WELCOME TO OUR NEW WEBSITE! We are adding products everyday, but if you do not see what you are looking for go to our legacy page at bulletswage.com

About Corbin Bullet Jacket Trim Dies

Corbin makes the ET-2 Jacket Trim die sets for cutting bullet jackets to shorter lengths in a precise, rapid manner. The earlier ET-1 is still made on special order, as well. Copper tubing can be cut with a die, but it is generally more effective to use a tubing cutter saw.

The ET-1 system uses a fixed length punch of two diameters. You need a specific punch for each length of jacket that you wish to make. However, it trims the surplus material completely away from the final jacket, so no manual separation is required. However, because the larger diameter of the punch must fit inside the jacket before trimming takes place, the jacket must either be pre-expanded to the distance of the trim, or it must start out as a larger jacket than you want and be drawn down during the trim.

Larger Jacket Reduction

If you have a jacket that can be reduced at least twice its wall thickness, then it is possible to build a single die that will both reduce and trim the jacket to a specified length. For example, to reduce from a .308 to a .284 is .014 inches of outside diameter reduction. If the walls of your .308 jacket are .007 or less, then it means the ID of the .308 jacket would be large enough to fit the .284 punch inside prior to drawing. But few .308 jackets are that thin. Most of them have closer to .020 inch walls (near the point of desired trim).

This would mean that a stepped punch, with the top small enough to fit inside after drawing, but the bottom exactly the OD of the drawn jacket, would have to be .308 minus two times .020 inches, or .308 - .040 = .268 inches maximum size to fit inside this jacket. Therefore, you could not use this method of drawing and trimming for any caliber larger than .268 inches. You could use the 0.020 wall .308 jacket to make a .264, or a .257 trimmed jacket. But you could not make a 7mm (.284) or a .270 (.277).

Same Size Jacket

However, there is a trick you could use. Instead of drawing the .308 down with the stepped trimming punch inside it, you could pre-expand the jacket in another die, with a tapered punch. Then, you could use the stepped punch to draw and trim it, because the punch would now fit inside the expanded portion of the jacket. This is the 2-die method of using an ET-1. The expander die is necessary when you wish to use the same caliber jacket before and after trimming, or when the trimmed/drawn jacket will be within two wall thicknesses of the original diameter.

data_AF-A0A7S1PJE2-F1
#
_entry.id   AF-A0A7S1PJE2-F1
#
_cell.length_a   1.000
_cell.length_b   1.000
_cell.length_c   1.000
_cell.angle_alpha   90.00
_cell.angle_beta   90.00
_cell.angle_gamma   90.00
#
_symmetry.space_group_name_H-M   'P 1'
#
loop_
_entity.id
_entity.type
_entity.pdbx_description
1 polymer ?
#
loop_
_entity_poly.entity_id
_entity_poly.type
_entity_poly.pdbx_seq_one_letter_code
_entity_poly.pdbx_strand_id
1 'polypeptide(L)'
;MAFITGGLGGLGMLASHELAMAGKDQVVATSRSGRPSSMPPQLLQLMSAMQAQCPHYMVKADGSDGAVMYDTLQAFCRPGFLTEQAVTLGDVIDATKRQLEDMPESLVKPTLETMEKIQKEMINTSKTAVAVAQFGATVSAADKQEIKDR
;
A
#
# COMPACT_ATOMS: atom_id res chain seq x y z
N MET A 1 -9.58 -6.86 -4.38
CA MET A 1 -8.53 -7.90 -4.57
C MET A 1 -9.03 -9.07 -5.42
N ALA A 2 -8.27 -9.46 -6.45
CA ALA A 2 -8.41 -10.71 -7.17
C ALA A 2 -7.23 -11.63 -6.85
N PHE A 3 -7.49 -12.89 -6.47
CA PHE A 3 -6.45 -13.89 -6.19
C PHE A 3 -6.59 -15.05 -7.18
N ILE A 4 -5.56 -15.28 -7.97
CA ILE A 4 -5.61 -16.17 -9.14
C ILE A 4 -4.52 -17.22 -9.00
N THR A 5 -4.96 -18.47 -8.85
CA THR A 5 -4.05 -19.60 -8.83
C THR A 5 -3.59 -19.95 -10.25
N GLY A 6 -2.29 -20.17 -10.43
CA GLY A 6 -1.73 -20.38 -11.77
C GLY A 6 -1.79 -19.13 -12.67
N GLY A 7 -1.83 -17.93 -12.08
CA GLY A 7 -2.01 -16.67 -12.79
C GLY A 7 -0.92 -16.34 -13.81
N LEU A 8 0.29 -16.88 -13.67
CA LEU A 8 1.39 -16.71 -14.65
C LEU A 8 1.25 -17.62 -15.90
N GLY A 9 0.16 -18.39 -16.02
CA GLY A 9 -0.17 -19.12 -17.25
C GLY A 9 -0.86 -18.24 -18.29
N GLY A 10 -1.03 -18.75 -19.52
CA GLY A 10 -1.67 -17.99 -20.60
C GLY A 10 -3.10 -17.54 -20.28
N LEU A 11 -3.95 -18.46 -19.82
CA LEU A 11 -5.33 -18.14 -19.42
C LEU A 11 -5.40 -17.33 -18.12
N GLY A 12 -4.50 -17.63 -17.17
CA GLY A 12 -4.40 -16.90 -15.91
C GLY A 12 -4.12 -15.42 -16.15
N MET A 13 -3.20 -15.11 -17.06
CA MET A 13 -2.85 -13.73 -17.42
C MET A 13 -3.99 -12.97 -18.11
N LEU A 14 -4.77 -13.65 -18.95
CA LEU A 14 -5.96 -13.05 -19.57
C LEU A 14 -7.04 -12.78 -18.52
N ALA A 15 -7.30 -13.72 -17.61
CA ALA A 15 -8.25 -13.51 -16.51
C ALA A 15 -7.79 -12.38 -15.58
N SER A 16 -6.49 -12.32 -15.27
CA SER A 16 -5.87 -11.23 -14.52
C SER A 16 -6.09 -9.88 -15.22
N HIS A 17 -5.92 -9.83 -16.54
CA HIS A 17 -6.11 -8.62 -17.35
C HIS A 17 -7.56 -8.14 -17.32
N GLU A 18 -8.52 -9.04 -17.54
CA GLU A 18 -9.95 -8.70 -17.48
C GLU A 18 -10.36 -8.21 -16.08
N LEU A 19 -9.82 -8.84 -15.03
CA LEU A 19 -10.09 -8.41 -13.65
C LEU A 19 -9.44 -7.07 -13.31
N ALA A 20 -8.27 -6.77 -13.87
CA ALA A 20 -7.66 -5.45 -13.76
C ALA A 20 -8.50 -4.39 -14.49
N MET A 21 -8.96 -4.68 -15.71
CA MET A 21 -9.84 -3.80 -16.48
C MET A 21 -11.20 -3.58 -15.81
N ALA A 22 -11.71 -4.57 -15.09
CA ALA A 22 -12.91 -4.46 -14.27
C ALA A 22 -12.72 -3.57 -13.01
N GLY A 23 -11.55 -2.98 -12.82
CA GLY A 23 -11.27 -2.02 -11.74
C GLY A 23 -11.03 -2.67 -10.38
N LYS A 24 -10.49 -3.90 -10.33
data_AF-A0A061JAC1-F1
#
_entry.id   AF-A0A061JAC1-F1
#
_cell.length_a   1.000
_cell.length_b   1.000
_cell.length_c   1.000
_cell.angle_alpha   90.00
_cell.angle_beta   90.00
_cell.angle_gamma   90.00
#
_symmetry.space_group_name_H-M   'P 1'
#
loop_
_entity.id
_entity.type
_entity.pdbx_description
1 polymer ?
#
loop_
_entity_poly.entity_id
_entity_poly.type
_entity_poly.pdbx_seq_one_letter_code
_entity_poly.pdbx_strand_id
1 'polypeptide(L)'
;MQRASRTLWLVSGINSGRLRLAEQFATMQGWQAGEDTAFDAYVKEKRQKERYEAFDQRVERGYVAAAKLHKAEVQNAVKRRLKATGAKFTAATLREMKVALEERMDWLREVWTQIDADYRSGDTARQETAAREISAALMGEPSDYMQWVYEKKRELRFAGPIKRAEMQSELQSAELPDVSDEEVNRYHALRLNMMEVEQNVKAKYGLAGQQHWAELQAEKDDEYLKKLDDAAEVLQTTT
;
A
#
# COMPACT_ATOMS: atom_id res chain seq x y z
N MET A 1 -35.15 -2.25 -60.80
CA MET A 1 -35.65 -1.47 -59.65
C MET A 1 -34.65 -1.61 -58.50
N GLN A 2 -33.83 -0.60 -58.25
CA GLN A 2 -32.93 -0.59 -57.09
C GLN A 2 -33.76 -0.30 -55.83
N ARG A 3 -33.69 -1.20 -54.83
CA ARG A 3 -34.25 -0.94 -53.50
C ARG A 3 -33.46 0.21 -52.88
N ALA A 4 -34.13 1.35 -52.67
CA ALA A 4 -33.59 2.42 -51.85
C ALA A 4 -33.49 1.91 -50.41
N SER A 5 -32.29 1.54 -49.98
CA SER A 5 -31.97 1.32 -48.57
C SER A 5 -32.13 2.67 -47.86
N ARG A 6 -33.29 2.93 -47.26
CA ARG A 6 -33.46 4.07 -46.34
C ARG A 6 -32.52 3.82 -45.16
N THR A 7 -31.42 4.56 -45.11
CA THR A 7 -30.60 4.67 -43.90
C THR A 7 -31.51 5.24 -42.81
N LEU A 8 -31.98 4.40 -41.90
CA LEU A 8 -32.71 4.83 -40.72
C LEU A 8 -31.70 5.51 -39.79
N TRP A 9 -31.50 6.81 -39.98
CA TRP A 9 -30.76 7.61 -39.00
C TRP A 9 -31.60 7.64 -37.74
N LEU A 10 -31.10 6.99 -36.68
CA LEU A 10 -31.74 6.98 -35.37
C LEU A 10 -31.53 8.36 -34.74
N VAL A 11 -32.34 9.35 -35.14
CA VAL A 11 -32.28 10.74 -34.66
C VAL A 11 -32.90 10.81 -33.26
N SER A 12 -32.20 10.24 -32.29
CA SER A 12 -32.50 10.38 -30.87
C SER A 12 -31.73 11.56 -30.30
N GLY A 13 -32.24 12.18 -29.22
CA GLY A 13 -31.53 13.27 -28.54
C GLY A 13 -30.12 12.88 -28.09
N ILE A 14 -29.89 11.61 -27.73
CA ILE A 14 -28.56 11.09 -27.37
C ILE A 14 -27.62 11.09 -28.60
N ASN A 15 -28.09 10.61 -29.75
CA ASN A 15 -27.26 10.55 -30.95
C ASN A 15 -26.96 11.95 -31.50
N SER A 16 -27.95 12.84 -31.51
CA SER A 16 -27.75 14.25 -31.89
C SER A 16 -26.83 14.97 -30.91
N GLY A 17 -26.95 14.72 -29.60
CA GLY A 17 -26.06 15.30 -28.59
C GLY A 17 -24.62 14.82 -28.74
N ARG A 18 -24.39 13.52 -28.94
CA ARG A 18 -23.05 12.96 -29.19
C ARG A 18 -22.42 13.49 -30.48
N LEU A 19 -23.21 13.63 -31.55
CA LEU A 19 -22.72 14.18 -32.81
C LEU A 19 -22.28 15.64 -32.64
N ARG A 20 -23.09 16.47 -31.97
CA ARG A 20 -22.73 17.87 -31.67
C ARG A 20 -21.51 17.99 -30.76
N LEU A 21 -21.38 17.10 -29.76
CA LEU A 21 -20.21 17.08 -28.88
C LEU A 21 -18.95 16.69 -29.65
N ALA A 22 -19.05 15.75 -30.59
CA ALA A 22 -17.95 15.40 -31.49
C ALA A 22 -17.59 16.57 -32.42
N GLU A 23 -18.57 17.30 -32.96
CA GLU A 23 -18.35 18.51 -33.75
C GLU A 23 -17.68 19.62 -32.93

In both cases, some kind of stripper assembly will be needed to pull the expanded jacket or the surplus material trimmed from the jacket off the punch. The pressure needed to expand or to pinch trim the jacket is enough to press the jacket tightly on the punch, so you probably can't remove it by hand. This is accomplished by making a snug fitted hole in a disk or a steel bar. The disk is used when you can drop a steel tube over the ram of the press for support on the down stroke. The bar is used in presses where the ram does not allow a tube over it, such as the Hydro Press or the Mega Mite press. In those presses, an ejector assembly that is suspended from the press head supports the bar, and stops it while the ram continues down, to strip the material from the punch.

As you can see, the ET-1 system consists of various components that may be required when using different jackets or presses. Sometimes it is one die, sometimes it is two dies, and usually it requires some kind of ejector mechanism (disk and tube, or the -H ejector system). The price will depend on the specific jacket and press you wish to use. It is best to discuss this and send sample jackets to get a quote.


The ET-2 die is a more simple and easily quoted method of trimming jackets. It is not specific to a length or to a wall thickness. One ET-2 die can be used with various jackets of a given caliber (so long as their outside diameter is the same, the length and wall thickness or inside diameter is not critical).

The only drawbacks of the ET-2 compared to the ET-1 are:
  1. The trimmed material is not separated from the jacket: a thin web connects them after trimming and
  2. The die must be set up very carefully according to instructions, to avoid peening over the edge of the die mouth with the hardened, tapered trim punch.
These two considerations are not usually a problem if the operator follows proper procedure, but for the person who won't read instructions, or has a very poor grasp of mechanical operations, the ET-2 is not a good purchase. It requires proper adjustment from the first time it is used. Immediately giving it a try without proper setup will instantly peen over the sharp cutting edge of the die, and render all further attempts to use it futile until it is re-sharpened.